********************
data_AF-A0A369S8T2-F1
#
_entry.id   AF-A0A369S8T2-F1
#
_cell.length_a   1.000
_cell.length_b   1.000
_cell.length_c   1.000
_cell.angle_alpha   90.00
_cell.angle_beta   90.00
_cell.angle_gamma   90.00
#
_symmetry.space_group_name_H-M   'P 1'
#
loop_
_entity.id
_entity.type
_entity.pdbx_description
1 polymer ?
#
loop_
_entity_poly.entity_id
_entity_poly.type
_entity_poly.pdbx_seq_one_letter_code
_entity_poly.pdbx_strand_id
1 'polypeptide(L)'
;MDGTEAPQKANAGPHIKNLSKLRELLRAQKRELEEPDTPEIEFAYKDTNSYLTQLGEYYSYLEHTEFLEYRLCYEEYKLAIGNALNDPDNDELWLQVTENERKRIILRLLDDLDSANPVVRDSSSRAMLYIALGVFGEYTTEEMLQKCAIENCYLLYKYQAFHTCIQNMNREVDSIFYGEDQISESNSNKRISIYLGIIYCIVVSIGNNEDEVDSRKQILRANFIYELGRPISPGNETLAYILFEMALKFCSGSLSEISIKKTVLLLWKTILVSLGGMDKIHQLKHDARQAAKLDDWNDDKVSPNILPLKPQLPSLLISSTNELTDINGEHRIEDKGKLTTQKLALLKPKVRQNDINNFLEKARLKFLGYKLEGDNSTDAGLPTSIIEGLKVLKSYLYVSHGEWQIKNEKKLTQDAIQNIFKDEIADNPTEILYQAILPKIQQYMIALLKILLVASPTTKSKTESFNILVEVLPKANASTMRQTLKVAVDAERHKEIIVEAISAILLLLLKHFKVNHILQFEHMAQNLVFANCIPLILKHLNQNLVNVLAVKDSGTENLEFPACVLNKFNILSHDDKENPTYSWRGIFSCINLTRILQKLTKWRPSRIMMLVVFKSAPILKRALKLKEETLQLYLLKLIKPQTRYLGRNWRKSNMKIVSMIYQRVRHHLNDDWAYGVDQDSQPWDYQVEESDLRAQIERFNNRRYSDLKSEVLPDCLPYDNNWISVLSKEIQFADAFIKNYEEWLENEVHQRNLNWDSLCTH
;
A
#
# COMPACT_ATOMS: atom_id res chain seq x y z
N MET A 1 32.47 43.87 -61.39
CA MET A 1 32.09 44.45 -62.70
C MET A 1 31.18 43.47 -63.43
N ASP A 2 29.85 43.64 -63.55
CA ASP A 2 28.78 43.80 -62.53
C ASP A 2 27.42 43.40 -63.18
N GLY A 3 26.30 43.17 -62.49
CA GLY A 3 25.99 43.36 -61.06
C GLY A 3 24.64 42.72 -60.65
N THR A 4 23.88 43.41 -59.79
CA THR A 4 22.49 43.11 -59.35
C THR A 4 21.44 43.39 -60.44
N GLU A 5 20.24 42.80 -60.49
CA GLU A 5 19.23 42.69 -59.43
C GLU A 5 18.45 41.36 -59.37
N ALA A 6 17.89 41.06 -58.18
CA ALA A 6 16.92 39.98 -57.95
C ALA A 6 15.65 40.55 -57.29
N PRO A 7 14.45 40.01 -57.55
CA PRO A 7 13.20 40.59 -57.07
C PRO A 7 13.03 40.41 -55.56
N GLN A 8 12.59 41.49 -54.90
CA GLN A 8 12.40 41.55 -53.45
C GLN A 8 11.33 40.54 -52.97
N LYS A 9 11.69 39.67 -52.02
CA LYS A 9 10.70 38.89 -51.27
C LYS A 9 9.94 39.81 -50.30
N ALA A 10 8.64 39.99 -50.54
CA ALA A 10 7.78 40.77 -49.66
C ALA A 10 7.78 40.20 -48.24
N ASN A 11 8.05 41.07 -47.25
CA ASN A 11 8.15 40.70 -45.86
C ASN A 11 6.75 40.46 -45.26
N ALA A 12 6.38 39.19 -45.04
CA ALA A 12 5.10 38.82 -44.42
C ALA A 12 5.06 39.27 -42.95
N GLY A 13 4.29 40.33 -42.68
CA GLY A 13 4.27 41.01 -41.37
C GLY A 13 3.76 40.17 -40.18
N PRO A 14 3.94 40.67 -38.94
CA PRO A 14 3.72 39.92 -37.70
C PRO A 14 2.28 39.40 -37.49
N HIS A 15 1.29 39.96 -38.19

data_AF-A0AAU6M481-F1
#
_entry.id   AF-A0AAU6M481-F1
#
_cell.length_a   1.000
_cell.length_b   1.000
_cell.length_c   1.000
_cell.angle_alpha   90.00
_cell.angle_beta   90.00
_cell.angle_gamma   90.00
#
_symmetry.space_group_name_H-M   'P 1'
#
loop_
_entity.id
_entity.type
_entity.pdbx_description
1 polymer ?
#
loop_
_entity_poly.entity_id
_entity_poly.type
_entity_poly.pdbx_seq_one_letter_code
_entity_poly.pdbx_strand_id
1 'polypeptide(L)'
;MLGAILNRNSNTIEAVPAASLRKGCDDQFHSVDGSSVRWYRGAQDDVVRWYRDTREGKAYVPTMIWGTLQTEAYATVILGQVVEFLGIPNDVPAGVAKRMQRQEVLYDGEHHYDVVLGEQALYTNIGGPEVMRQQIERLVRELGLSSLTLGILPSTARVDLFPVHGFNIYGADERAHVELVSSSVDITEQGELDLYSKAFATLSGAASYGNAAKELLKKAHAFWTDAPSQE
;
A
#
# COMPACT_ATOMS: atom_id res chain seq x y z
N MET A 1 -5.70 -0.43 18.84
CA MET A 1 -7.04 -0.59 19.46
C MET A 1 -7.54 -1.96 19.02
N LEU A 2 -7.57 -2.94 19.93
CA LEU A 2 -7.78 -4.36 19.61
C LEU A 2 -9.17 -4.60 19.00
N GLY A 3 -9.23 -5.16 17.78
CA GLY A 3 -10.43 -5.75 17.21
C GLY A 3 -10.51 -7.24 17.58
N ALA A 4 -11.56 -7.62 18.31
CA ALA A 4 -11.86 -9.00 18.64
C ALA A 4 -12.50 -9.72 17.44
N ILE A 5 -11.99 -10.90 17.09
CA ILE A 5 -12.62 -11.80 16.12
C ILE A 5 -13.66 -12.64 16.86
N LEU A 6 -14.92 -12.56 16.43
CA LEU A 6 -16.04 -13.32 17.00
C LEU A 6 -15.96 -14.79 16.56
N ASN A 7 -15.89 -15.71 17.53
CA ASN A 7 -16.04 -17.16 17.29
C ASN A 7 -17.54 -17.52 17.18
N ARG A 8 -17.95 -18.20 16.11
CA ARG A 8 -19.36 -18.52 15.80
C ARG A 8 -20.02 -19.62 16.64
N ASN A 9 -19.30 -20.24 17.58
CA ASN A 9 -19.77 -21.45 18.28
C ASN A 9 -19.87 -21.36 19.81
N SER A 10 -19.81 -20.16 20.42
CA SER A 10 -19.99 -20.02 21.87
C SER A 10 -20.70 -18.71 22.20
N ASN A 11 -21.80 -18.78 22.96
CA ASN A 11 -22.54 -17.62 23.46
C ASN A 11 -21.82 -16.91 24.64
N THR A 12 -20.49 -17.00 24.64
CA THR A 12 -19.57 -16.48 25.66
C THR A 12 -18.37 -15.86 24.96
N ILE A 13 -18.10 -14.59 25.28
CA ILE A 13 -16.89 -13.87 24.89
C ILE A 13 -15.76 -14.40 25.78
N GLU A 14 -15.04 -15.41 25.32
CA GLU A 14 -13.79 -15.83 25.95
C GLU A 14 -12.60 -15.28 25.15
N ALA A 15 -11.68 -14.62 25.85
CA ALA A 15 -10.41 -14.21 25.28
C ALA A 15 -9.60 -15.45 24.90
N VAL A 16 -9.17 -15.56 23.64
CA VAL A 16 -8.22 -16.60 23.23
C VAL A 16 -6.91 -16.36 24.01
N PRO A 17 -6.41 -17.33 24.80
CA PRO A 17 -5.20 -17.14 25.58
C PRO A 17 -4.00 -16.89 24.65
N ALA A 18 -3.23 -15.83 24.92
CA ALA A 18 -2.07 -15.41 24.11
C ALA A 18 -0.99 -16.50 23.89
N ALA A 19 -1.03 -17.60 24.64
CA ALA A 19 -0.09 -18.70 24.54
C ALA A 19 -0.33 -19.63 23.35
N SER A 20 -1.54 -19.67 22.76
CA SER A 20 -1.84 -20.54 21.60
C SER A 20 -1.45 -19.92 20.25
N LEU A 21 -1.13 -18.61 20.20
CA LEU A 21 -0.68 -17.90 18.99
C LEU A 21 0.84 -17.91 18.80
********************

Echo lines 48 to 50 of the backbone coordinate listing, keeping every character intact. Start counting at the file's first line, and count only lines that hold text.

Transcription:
C ALA A 6 15.65 40.55 -57.29
N PRO A 7 14.45 40.01 -57.55
CA PRO A 7 13.20 40.59 -57.07